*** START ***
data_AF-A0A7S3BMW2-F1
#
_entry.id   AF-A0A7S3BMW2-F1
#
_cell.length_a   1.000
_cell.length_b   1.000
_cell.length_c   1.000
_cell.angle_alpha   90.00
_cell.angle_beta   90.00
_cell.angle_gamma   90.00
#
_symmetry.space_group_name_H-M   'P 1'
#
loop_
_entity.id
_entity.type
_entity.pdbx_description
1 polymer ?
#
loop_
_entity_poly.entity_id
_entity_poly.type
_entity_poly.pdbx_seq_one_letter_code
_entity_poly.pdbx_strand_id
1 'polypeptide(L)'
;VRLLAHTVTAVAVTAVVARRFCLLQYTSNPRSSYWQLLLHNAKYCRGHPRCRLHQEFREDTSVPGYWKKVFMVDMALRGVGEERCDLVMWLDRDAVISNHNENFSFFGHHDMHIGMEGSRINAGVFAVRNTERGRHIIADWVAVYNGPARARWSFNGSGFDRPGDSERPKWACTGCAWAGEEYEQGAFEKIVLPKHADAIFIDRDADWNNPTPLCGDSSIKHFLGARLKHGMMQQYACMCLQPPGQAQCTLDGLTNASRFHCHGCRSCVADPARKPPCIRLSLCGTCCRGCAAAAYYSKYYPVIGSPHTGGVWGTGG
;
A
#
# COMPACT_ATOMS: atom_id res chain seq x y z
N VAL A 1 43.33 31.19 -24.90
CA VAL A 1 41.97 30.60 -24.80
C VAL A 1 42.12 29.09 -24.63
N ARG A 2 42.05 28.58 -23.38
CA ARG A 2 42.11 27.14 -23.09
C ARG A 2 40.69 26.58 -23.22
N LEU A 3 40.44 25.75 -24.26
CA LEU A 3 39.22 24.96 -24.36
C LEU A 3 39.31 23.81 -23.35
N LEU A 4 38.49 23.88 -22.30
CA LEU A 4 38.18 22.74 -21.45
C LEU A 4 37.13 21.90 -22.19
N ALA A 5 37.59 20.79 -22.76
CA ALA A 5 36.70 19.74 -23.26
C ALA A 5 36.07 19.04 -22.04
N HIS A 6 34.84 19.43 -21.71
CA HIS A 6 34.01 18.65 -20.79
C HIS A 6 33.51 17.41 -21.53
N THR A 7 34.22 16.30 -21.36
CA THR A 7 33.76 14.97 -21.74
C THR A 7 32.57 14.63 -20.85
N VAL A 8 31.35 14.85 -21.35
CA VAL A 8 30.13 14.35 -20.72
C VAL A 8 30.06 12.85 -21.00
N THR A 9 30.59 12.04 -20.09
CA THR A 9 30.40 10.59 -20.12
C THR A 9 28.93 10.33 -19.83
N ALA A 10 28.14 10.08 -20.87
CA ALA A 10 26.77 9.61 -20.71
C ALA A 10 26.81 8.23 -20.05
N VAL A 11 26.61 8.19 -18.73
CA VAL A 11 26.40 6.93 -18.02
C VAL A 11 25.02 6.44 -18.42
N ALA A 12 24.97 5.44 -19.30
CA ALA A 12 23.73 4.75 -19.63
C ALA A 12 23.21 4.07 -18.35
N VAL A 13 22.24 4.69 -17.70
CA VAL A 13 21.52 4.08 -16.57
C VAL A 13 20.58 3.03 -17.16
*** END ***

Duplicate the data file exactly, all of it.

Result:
data_AF-A0A7S3BMW2-F1
#
_entry.id   AF-A0A7S3BMW2-F1
#
_cell.length_a   1.000
_cell.length_b   1.000
_cell.length_c   1.000
_cell.angle_alpha   90.00
_cell.angle_beta   90.00
_cell.angle_gamma   90.00
#
_symmetry.space_group_name_H-M   'P 1'
#
loop_
_entity.id
_entity.type
_entity.pdbx_description
1 polymer ?
#
loop_
_entity_poly.entity_id
_entity_poly.type
_entity_poly.pdbx_seq_one_letter_code
_entity_poly.pdbx_strand_id
1 'polypeptide(L)'
;VRLLAHTVTAVAVTAVVARRFCLLQYTSNPRSSYWQLLLHNAKYCRGHPRCRLHQEFREDTSVPGYWKKVFMVDMALRGVGEERCDLVMWLDRDAVISNHNENFSFFGHHDMHIGMEGSRINAGVFAVRNTERGRHIIADWVAVYNGPARARWSFNGSGFDRPGDSERPKWACTGCAWAGEEYEQGAFEKIVLPKHADAIFIDRDADWNNPTPLCGDSSIKHFLGARLKHGMMQQYACMCLQPPGQAQCTLDGLTNASRFHCHGCRSCVADPARKPPCIRLSLCGTCCRGCAAAAYYSKYYPVIGSPHTGGVWGTGG
;
A
#
# COMPACT_ATOMS: atom_id res chain seq x y z
N VAL A 1 43.33 31.19 -24.90
CA VAL A 1 41.97 30.60 -24.80
C VAL A 1 42.12 29.09 -24.63
N ARG A 2 42.05 28.58 -23.38
CA ARG A 2 42.11 27.14 -23.09
C ARG A 2 40.69 26.58 -23.22
N LEU A 3 40.44 25.75 -24.26
CA LEU A 3 39.22 24.96 -24.36
C LEU A 3 39.31 23.81 -23.35
N LEU A 4 38.49 23.88 -22.30
CA LEU A 4 38.18 22.74 -21.45
C LEU A 4 37.13 21.90 -22.19
N ALA A 5 37.59 20.79 -22.76
CA ALA A 5 36.70 19.74 -23.26
C ALA A 5 36.07 19.04 -22.04
N HIS A 6 34.84 19.43 -21.71
CA HIS A 6 34.01 18.65 -20.79
C HIS A 6 33.51 17.41 -21.53
N THR A 7 34.22 16.30 -21.36
CA THR A 7 33.76 14.97 -21.74
C THR A 7 32.57 14.63 -20.85
N VAL A 8 31.35 14.85 -21.35
CA VAL A 8 30.13 14.35 -20.72
C VAL A 8 30.06 12.85 -21.00
N THR A 9 30.59 12.04 -20.09
CA THR A 9 30.40 10.59 -20.12
C THR A 9 28.93 10.33 -19.83
N ALA A 10 28.14 10.08 -20.87
CA ALA A 10 26.77 9.61 -20.71
C ALA A 10 26.81 8.23 -20.05
N VAL A 11 26.61 8.19 -18.73
CA VAL A 11 26.40 6.93 -18.02
C VAL A 11 25.02 6.44 -18.42
N ALA A 12 24.97 5.44 -19.30
CA ALA A 12 23.73 4.75 -19.63
C ALA A 12 23.21 4.07 -18.35
N VAL A 13 22.24 4.69 -17.70
CA VAL A 13 21.52 4.08 -16.57
C VAL A 13 20.58 3.03 -17.16